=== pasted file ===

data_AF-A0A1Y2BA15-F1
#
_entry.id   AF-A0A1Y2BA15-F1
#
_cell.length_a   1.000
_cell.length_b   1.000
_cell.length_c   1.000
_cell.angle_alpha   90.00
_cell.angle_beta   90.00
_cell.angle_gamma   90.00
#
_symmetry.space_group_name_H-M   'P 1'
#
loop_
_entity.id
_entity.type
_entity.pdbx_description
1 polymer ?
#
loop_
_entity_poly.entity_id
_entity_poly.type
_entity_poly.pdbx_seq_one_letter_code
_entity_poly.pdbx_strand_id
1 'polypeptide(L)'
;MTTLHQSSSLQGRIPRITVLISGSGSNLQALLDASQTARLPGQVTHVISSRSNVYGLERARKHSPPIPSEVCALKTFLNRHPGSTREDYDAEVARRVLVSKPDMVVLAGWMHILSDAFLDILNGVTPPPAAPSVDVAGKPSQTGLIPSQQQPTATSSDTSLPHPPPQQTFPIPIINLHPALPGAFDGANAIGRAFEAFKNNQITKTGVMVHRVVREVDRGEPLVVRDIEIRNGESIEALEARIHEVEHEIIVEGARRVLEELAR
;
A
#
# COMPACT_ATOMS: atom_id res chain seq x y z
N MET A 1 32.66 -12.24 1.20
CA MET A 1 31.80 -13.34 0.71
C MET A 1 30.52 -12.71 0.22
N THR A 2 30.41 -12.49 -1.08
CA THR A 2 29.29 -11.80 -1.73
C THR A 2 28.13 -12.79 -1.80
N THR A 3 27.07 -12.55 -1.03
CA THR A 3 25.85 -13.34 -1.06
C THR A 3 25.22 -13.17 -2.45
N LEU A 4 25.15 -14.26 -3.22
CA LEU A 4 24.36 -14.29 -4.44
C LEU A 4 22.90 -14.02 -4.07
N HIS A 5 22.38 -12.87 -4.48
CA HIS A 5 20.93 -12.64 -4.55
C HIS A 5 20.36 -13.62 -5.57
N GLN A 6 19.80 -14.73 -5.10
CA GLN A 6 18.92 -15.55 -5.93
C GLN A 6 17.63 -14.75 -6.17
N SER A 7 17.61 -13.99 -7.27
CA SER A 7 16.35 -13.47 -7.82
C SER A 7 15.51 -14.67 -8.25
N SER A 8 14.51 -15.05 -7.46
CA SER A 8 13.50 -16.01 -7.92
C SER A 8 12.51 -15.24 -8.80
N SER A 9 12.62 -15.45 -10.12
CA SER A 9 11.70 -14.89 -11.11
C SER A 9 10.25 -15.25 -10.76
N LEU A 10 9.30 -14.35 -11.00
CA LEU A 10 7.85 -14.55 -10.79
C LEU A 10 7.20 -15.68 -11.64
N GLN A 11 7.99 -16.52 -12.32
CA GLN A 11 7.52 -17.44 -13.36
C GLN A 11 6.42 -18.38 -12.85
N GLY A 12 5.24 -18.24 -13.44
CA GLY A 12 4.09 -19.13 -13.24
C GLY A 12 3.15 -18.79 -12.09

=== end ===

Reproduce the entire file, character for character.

data_AF-A0A1Y2BA15-F1
#
_entry.id   AF-A0A1Y2BA15-F1
#
_cell.length_a   1.000
_cell.length_b   1.000
_cell.length_c   1.000
_cell.angle_alpha   90.00
_cell.angle_beta   90.00
_cell.angle_gamma   90.00
#
_symmetry.space_group_name_H-M   'P 1'
#
loop_
_entity.id
_entity.type
_entity.pdbx_description
1 polymer ?
#
loop_
_entity_poly.entity_id
_entity_poly.type
_entity_poly.pdbx_seq_one_letter_code
_entity_poly.pdbx_strand_id
1 'polypeptide(L)'
;MTTLHQSSSLQGRIPRITVLISGSGSNLQALLDASQTARLPGQVTHVISSRSNVYGLERARKHSPPIPSEVCALKTFLNRHPGSTREDYDAEVARRVLVSKPDMVVLAGWMHILSDAFLDILNGVTPPPAAPSVDVAGKPSQTGLIPSQQQPTATSSDTSLPHPPPQQTFPIPIINLHPALPGAFDGANAIGRAFEAFKNNQITKTGVMVHRVVREVDRGEPLVVRDIEIRNGESIEALEARIHEVEHEIIVEGARRVLEELAR
;
A
#
# COMPACT_ATOMS: atom_id res chain seq x y z
N MET A 1 32.66 -12.24 1.20
CA MET A 1 31.80 -13.34 0.71
C MET A 1 30.52 -12.71 0.22
N THR A 2 30.41 -12.49 -1.08
CA THR A 2 29.29 -11.80 -1.73
C THR A 2 28.13 -12.79 -1.80
N THR A 3 27.07 -12.55 -1.03
CA THR A 3 25.85 -13.34 -1.06
C THR A 3 25.22 -13.17 -2.45
N LEU A 4 25.15 -14.26 -3.22
CA LEU A 4 24.36 -14.29 -4.44
C LEU A 4 22.90 -14.02 -4.07
N HIS A 5 22.38 -12.87 -4.48
CA HIS A 5 20.93 -12.64 -4.55
C HIS A 5 20.36 -13.62 -5.57
N GLN A 6 19.80 -14.73 -5.10
CA GLN A 6 18.92 -15.55 -5.93
C GLN A 6 17.63 -14.75 -6.17
N SER A 7 17.61 -13.99 -7.27
CA SER A 7 16.35 -13.47 -7.82
C SER A 7 15.51 -14.67 -8.25
N SER A 8 14.51 -15.05 -7.46
CA SER A 8 13.50 -16.01 -7.92
C SER A 8 12.51 -15.24 -8.80
N SER A 9 12.62 -15.45 -10.12
CA SER A 9 11.70 -14.89 -11.11
C SER A 9 10.25 -15.25 -10.76
N LEU A 10 9.30 -14.35 -11.00
CA LEU A 10 7.85 -14.55 -10.79
C LEU A 10 7.20 -15.68 -11.64
N GLN A 11 7.99 -16.52 -12.32
CA GLN A 11 7.52 -17.44 -13.36
C GLN A 11 6.42 -18.38 -12.85
N GLY A 12 5.24 -18.24 -13.44
CA GLY A 12 4.09 -19.13 -13.24
C GLY A 12 3.15 -18.79 -12.09